Food Order and Combining – Why it is Important for Beauty, Health, Energy and Weight Loss

Choosing what to eat and when to eat and what to eat it with are questions that everyone faces daily. Most of us are calorie counters following mainstream diet trends that we pick up from beauty magazines, friends or hear that our favorite celebs are following. But few of us have been educated on the importance of food sequence or food combining. For me, it was a revelation that took pounds off, increased my energy and made my skin glow! I credit the books of Natalia Rose (guru and goddess) and the incredible Kimberly Snyder. Chapeau ladies!  I wish someone had taught me these practices as a child. My daughter is reaping the benefits!

The trick is to maximize the benefits of the foods that we consume in order to gain crucial vitamins, minerals and enzymes. Proper sequential food ordering and pairing enable us to avoid diets and achieve glowing skin because this practice optimizes digestion. A glorious side effect will be greater energy and deeper sleep. The more effectively you can master this practice the less you will have to work at exercising to lose weight. Optimal digestion leads to natural skin toning!

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Cranberries – a Superfood You Never Really Considered

Most women think that cranberries are useful only for helping eradicate or prevent UTI infections.  But the health benefits of cranberries are far more wide-ranging and even a tad surprising.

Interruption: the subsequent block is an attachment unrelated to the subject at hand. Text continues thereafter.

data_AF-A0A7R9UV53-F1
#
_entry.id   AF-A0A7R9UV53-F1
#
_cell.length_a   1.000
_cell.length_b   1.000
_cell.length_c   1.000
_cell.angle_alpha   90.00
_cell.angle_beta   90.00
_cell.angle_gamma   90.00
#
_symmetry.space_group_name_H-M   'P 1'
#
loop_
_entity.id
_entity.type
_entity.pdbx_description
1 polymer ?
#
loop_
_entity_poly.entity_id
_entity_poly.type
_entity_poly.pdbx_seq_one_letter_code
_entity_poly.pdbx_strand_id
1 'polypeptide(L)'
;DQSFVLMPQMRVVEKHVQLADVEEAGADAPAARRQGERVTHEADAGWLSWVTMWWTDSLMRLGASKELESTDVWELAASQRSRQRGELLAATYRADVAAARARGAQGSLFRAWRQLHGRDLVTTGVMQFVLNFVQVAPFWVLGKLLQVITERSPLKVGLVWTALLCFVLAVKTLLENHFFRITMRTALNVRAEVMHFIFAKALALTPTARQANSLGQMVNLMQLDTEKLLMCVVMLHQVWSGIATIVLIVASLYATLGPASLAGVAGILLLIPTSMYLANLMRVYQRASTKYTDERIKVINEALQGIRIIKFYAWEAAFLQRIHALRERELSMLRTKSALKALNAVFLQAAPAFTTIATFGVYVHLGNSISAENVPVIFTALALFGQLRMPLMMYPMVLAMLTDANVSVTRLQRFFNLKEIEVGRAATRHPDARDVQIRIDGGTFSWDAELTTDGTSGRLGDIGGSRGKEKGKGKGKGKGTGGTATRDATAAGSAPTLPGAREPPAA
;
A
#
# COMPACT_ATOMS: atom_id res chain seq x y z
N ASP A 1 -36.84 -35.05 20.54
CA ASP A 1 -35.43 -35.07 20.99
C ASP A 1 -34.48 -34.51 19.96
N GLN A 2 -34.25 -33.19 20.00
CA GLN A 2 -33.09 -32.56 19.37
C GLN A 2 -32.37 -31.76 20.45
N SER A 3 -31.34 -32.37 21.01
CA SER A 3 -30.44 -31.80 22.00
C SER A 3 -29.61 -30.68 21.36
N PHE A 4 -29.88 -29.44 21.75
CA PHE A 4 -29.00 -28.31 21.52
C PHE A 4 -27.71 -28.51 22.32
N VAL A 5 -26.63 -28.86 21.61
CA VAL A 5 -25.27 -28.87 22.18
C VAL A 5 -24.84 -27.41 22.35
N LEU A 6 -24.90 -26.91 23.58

Cranberry (Vaccinium macrocarpon) is a small round red colored fruit which is native to America.  It typically grows in bogs.  If you’ve ever been in Nantucket you may have seen its extensive bogs.  Nantucket is home to some of the largest contiguous cranberry bogs in the world where cranberries have been grown since 1857. American cranberry is one of the only three species of fruit native to North America. The other species are blueberry and bilberry.  Cranberry gets its name from “crane-berry” because its stem and flower resemble the head, neck, and beak of a crane.

Cranberries are high in vitamin C and fiber and only 45 calories per cup. In disease-fighting antioxidants, cranberries outrank nearly every fruit and vegetable–including strawberries, spinach, broccoli, red grapes, apples, raspberries, and cherries.   They have strong antibacterial effects in the body and eating cranberries prevents viruses and bacteria from attaching itself to the body.  Something else to think about before sleeping with someone you don’t know well! (While women often drink unsweetened cranberry juice to treat an infection, there’s no hard evidence that works.) The National Institutes of Health (NIH) is funding research on the cranberry’s effects on heart disease, yeast infections and other conditions, and other researchers are investigating its potential against cancer, stroke and viral infections.

One cup of whole cranberries has 8,983 total antioxidant capacity. Only blueberries can top that: Wild varieties have 13,427; cultivated blueberries have 9,019. Continue reading